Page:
Former prime minister Kevin Rudd has taken a new key post with a global agency in a move that will further stoke speculation he has the role of UN Secretary-General in his sights.
Mr Rudd has been appointed chair of the global sanitation and water partnership Sanitation and Water for All (SWA), whose goal is to achieve universal access to sanitation and safe drinking water.
The agency partners with more than 90 governments, organisations and development bodies, including the United Nations Children’s Fund (UNICEF) and the United Nations Development Program.
UNICEF published a statement overnight welcoming the appointment saying the former Labor prime minister “brings to the position leadership, passion, drive and enthusiasm, which will be crucial as we strive to meet the sanitation, water, and hygiene goals in the new 2030 Sustainable Development Agenda”.
SWA’s outgoing chair John A. Kufuor, former president of Ghana, said in a statement from the organisation: “Mr Rudd brings extensive expertise in the global political scene and the convening power that goes with it. He has development in his heart, and will know how to support countries and all our partners as we move into the era of the Sustainable Development Goals”.
Since quitting politics, Mr Rudd has kept his schedule busy with appointments and fellowships at universities and working groups in the United States, Britain and China.
But there has been chatter that it is the role of UN Secretary-General that really interests him when the current Secretary-General Ban Ki-Moon vacates the post at the end of 2016.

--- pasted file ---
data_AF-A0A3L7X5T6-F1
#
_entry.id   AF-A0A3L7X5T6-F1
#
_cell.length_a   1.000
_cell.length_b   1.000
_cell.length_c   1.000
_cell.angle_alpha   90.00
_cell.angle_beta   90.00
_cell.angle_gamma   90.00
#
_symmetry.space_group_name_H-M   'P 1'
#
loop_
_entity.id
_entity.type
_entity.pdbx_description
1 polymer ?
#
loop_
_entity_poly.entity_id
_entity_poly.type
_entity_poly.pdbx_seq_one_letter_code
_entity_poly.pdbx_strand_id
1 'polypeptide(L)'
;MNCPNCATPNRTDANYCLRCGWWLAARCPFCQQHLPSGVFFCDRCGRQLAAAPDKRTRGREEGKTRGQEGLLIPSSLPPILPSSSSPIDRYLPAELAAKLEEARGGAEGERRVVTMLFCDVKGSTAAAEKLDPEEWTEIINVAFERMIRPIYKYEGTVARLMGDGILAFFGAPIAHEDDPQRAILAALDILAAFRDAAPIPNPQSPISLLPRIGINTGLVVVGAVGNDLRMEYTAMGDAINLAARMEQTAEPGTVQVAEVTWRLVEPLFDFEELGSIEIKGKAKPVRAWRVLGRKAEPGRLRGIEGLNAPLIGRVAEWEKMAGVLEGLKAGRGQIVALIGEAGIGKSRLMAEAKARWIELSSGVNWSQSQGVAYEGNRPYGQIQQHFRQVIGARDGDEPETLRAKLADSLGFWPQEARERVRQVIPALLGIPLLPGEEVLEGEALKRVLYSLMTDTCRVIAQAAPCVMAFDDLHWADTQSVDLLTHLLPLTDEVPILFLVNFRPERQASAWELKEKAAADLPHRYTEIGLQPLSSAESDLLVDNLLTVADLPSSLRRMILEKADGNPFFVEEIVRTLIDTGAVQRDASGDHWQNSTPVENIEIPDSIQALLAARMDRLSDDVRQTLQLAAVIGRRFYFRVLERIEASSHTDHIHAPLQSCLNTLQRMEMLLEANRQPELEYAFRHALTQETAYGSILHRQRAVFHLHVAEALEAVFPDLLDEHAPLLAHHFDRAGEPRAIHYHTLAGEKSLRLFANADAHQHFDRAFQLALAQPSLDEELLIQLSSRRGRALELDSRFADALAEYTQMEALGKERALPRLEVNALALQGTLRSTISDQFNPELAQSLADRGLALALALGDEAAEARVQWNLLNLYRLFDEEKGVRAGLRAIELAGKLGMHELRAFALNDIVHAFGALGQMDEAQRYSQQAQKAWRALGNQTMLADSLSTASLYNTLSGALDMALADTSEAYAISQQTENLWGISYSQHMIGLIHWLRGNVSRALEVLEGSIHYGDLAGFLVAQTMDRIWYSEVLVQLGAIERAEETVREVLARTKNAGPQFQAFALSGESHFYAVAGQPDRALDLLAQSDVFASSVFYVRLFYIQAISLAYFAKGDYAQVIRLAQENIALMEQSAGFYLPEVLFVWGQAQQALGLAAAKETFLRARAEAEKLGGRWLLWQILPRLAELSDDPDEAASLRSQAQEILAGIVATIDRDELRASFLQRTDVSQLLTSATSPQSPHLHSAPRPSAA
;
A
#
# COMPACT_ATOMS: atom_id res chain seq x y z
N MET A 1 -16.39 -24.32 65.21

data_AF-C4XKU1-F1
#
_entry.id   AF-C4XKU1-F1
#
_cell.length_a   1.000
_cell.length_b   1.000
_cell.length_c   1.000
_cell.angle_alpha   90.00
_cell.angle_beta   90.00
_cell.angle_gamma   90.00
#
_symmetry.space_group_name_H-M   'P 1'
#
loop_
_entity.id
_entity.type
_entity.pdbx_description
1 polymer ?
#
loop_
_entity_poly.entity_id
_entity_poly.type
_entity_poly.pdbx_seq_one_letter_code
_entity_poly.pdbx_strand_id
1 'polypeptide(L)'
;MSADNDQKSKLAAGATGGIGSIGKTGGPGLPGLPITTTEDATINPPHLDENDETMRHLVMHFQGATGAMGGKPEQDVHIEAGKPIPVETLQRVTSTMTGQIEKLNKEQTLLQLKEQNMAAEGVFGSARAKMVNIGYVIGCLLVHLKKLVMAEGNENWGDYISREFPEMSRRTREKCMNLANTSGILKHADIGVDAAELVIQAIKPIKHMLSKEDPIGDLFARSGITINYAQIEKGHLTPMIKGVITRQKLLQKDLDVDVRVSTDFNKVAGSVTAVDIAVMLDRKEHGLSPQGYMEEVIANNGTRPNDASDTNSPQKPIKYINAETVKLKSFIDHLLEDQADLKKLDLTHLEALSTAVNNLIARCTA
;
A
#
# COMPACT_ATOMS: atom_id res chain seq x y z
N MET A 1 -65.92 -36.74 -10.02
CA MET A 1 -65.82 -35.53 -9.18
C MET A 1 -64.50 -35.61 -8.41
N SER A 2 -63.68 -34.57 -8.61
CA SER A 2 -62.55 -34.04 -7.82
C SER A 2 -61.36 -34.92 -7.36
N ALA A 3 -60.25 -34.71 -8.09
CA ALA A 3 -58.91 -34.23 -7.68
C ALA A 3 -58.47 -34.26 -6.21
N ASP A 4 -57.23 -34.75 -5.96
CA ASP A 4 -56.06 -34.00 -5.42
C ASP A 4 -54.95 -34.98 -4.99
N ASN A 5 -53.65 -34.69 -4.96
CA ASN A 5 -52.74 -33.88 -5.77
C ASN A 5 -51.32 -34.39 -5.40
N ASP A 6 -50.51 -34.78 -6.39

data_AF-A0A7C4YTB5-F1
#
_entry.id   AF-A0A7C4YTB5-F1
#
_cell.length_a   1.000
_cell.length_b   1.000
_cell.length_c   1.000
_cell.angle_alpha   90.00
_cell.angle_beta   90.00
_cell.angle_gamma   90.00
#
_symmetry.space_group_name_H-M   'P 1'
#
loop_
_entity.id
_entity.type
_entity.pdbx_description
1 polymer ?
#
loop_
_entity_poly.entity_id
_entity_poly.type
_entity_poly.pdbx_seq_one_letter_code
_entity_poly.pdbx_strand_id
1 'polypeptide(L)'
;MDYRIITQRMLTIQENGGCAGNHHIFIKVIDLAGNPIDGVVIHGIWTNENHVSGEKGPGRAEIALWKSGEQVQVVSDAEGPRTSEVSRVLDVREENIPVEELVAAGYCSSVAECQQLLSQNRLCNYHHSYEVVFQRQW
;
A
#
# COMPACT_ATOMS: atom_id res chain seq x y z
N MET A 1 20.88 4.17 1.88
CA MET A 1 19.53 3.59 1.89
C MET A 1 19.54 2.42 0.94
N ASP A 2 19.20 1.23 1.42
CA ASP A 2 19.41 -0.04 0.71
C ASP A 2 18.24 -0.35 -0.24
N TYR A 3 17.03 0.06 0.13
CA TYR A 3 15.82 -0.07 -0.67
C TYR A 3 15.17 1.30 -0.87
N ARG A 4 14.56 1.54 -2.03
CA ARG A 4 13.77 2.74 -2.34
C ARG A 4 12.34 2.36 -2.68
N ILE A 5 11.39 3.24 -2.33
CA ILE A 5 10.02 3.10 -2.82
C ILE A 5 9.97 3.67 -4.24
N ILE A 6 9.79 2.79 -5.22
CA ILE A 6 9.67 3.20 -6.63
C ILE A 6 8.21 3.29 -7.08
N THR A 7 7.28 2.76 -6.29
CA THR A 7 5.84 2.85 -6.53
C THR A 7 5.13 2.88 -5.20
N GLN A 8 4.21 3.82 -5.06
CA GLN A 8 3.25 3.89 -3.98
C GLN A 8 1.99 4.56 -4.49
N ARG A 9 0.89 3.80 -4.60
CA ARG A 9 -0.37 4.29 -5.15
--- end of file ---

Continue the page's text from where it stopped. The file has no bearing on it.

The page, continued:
Mr Rudd was last year named the inaugural head of the Asia Society Policy Institute in New York, which is located down the road from the United Nations’ headquarters.
Experts on UN process have previously noted that one thing that would count against Mr Rudd in any bid for the Secretary-General’s post was the lack of UN mission experience on his CV.
Bulgarian Irina Bokova and former New Zealand prime minister Helen Clark, both of whom have been seen as more likely frontrunners, are both in charge of major UN agencies.
Ms Bokova, whose bid is strengthened by the fact the job is due to be rotated to Eastern Europe, heads the UN’s largest agency UNESCO.
Ms Clark is the current director of the United Nations Development Program.
“We wish Mr Rudd all success and pledge to work with him to advance the mission of the SWA partnership,” UNICEF said on Thursday.
“With over 800 children dying each day from diseases linked to the lack of adequate water, sanitation, and hygiene, the cause is urgent.”